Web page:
While the salons are brimming with potions and concoctions for your hair, there are many products that may be right in your refrigerator or pantry that can accomplish similar results, at a far lower price. Why pay a premium price for products that boast all-natural ingredients when you can just use all-natural ingredients themselves?
If your hair’s moisture content drops below this level the key is to increase the hair’s ability of attract and retain moisture. This is accomplished by using moisturizers.
Good ones have “humectants” that not only replace lost moisture but actually attract moisture and retain it in the cortex of the hair. Essential fatty aids (EFA’s) are great moisturizers. One of the best and most cost effective essential fatty acids is safflower oil. It is the kind you can buy to cook with. It is rich in EFA’s.
The scalp produces the best EFA’s called sebum. The problems is once the hair grows past the neck line or does not have direct contact with the scalp the scalps natural oils can not be utilized throughout the hair shaft.
One household product that has been used for generations, even in my own family, is olive oil. As an infant, olive oil was rubbed daily onto my scalp. The oil moisturizes the scalp and the hair, and is rumored to make the hair grow in thick and curly. Of course, that is just an old Italian myth, but olive oil does have it’s benefits. It is best massaged into the scalp, as it will keep the scalp moisturized and pliable. It will also improve the condition of the hair, but shouldn’t be applied to hair that is naturally oily.
Another item that has been used for generations is mayonnaise. I first heard of this “home remedy” from an African-American woman who says that mayonnaise moisturizes the hair, adds shine, and strengthens the hairstrand. Mayonnaise is comprised of oil and eggs, and both ingredients have beneficial effects on the hair. The protein found in eggs will strengthen weak, dry, and damaged hair, and the oils will add shine. Mayonnaise treatments should be used on a bi-weekly or monthly basis, since it may make the hair appear greasy if used more often.
Vinegar can also be used to make the hair shiny. My mother often told stories about getting vinegar rinses as a child from her mother. The acetic acid found in vinegar seals the hair’s cuticle, acting as a detangler and providing sheen. For those who don’t want to smell like a salad dressing, you can try using carbonated water as a rinse. The carbonic and phosphoric acids will have the same effect as vinegar, but without the smell.
A product that we use in the salon that most people have in their home is baking soda. I mix baking soda with shampoo in equal parts, and use the mixture to remove build-up from the hair caused by styling products. The abrasiveness of the baking soda also removes dead skin cells from the scalp. I recommend using this mixture once a week to remove any buildup from the hair. I’ve been using this formula for years, and have been thoroughly pleased with the results.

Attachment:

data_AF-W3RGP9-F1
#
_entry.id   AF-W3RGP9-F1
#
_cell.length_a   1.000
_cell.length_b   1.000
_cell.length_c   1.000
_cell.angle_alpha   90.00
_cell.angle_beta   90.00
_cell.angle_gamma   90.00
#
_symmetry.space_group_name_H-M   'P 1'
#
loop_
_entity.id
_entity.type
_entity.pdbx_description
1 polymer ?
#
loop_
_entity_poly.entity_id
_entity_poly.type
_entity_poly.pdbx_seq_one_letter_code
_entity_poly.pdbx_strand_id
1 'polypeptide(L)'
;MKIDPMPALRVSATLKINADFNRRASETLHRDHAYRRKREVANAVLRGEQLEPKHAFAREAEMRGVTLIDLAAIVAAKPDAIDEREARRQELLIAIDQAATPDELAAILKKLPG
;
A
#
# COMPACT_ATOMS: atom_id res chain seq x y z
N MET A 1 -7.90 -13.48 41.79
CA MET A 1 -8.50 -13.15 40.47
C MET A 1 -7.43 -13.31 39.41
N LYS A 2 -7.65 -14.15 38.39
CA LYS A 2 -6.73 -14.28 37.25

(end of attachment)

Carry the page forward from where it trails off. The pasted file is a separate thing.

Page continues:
An old German beauty secret is to wash the hair with beer. Some haircare manufacturers have capitalized on this idea by making beer-based shampoos and conditioners. If you opt to use a can of beer, I recommend boiling it first to remove the alcohol, which can dry the hair.
Some other products can be used to lighten the hair. Lemon juice has been used for decades to lighten hair, but only works on hair that has never been colored or chemically-treated. I’ve heard that a mixture of lemon juice, chamomile tea, and yogurt will lighten the hair as well. Don’t expect any dramatic results though, as the effects will be subtle.
Ketchup can make just about anything taste good, but it also has a beneficial effect on the hair. The red color of the ketchup can be used to neutralize unwanted green tones caused by chlorine on blonde or bleached hair. This works because red is the direct opposite of green, according to the laws of color, and opposite colors will always neutralize each other. Tomato soup can also be substituted if ketchup isn’t available, but unless you live in a grass hut in some obscure corner of the earth, chances are there’s a bottle of ketchup nearby. I noticed the other day while grocery shopping that they now make green-colored ketchup for kids. I suppose that this green ketchup can be theoretically used to neutralize unwanted red tones in the hair, although I haven’t heard of anyone trying it.
As you can see, there are many things you can use to achieve similar results to those found in expensive products.
You can manually replace the lost EFA’s by:
Placing 1 or 2 drops of safflower oil in your palms and rub them together.
There should only be enough to make your hands “shine” in the light.
Carefully take your hair (while dry) and “scrunch” the small amount of oil to the ENDS first and work toward the scalp.
Leave this in your hair.
1-2 drops of safflower oil on dry hair is so small, you won’t notice it is there.
Doing the above as often as necessary will ensure your dry hair will have the proper amount of humectants to attract and reatin moisture. The key is that a small amount will go a long way.
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